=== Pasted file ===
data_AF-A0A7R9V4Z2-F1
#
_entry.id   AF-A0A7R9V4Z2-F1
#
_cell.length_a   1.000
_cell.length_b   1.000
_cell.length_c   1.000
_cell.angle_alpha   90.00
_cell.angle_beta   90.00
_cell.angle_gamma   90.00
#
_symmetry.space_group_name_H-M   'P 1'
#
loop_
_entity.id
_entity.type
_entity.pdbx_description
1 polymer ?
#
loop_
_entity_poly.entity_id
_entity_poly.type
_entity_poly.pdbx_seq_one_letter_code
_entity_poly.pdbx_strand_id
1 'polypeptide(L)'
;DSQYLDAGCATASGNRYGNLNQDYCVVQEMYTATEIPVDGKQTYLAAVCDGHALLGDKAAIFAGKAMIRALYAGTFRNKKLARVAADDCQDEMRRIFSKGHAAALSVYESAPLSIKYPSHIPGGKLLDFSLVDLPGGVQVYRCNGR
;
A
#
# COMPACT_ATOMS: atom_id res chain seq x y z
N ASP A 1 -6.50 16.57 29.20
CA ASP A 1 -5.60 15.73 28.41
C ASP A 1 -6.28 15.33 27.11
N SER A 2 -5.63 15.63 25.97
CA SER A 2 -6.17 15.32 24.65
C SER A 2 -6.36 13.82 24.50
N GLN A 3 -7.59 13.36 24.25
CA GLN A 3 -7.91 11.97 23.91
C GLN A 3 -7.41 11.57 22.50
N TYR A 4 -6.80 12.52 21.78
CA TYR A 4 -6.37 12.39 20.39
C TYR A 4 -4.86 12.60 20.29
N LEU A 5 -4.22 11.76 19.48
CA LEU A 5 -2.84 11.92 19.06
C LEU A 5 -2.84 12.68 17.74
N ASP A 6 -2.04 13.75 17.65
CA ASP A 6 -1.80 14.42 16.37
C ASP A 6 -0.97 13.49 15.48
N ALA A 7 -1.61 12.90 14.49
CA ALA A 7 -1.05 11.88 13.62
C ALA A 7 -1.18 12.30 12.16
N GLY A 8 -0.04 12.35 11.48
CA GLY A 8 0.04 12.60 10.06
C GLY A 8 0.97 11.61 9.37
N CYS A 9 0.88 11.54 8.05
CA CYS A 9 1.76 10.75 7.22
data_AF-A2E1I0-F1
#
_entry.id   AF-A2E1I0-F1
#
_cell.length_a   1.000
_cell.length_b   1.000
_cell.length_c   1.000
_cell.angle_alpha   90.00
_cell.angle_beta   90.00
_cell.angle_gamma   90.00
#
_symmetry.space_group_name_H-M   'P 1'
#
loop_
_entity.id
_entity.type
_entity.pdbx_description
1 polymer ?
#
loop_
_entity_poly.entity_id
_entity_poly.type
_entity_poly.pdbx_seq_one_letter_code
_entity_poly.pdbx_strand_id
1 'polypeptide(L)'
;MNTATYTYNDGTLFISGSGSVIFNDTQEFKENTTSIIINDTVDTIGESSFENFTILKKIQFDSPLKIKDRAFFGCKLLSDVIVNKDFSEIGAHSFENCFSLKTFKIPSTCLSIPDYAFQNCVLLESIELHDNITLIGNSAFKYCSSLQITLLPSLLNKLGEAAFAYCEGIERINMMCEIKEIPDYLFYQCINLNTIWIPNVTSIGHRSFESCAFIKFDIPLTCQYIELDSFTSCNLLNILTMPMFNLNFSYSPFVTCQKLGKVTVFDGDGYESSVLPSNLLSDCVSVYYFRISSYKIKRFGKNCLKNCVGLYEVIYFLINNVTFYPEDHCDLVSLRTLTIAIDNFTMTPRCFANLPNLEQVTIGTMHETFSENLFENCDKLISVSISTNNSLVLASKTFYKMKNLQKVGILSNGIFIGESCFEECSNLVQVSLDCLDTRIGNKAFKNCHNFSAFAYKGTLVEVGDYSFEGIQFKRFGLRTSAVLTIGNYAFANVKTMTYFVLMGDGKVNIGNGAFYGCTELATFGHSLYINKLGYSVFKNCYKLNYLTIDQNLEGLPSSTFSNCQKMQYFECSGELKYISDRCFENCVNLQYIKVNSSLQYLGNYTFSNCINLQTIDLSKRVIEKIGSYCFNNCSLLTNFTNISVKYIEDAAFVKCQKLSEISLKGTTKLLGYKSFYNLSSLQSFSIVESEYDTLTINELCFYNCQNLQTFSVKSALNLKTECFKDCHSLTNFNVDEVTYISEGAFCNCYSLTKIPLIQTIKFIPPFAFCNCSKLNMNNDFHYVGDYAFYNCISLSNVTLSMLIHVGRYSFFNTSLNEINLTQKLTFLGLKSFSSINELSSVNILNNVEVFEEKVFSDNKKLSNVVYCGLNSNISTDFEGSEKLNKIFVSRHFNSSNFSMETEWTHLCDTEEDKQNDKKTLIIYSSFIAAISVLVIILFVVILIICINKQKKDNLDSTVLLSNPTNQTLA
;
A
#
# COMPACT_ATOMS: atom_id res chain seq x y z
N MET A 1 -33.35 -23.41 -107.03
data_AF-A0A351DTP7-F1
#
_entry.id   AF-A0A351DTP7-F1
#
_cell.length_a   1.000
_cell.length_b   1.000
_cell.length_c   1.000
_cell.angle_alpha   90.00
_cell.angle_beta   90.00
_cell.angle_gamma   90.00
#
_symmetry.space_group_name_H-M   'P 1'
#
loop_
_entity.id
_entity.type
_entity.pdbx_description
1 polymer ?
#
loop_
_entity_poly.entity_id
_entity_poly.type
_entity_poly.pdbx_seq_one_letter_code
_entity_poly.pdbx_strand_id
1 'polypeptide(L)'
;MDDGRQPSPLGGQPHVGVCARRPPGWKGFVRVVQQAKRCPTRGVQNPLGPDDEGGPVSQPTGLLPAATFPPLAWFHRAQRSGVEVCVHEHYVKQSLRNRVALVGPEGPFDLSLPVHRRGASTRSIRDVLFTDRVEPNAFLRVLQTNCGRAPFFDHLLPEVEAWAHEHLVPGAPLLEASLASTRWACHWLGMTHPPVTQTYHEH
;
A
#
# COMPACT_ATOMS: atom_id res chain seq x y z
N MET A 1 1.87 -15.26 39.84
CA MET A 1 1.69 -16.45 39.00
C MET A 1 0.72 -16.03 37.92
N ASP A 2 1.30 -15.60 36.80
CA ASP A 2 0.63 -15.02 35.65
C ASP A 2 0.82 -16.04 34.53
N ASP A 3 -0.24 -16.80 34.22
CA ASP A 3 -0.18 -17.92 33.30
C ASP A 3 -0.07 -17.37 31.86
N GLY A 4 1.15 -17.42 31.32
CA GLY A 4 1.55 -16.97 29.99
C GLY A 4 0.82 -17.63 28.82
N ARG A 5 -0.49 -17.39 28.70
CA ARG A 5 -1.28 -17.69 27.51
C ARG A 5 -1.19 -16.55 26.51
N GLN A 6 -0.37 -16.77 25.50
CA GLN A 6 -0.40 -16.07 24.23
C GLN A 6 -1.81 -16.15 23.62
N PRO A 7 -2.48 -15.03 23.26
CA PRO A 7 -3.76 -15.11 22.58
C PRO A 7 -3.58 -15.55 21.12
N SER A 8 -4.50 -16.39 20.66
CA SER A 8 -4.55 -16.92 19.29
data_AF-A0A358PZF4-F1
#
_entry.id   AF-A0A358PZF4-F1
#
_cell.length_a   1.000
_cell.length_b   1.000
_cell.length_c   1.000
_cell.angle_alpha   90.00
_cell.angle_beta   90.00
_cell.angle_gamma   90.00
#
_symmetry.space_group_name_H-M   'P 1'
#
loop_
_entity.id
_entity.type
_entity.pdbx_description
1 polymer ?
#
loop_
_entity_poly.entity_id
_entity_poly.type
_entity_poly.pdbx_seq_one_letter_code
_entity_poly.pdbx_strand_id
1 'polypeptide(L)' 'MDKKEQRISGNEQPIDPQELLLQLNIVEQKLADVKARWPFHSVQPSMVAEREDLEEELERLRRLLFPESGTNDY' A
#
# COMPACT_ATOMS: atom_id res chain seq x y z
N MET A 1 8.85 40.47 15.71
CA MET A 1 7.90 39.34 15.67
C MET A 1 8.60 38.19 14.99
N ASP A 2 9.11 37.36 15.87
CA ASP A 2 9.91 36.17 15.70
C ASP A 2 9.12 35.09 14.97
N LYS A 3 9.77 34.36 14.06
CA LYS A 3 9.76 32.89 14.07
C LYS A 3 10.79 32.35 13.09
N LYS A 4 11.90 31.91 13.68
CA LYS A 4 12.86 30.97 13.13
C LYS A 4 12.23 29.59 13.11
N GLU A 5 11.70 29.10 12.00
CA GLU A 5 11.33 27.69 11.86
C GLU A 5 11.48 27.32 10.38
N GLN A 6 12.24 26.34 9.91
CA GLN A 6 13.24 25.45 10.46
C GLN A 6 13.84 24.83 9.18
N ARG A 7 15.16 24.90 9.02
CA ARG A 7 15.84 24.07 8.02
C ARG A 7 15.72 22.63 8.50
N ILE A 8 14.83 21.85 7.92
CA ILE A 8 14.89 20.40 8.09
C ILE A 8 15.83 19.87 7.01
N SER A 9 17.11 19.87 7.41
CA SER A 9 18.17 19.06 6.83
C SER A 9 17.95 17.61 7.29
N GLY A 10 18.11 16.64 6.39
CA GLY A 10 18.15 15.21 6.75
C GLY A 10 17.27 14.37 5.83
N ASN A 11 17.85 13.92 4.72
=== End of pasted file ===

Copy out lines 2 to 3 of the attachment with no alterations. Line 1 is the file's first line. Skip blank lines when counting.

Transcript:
#
_entry.id   AF-A0A7R9V4Z2-F1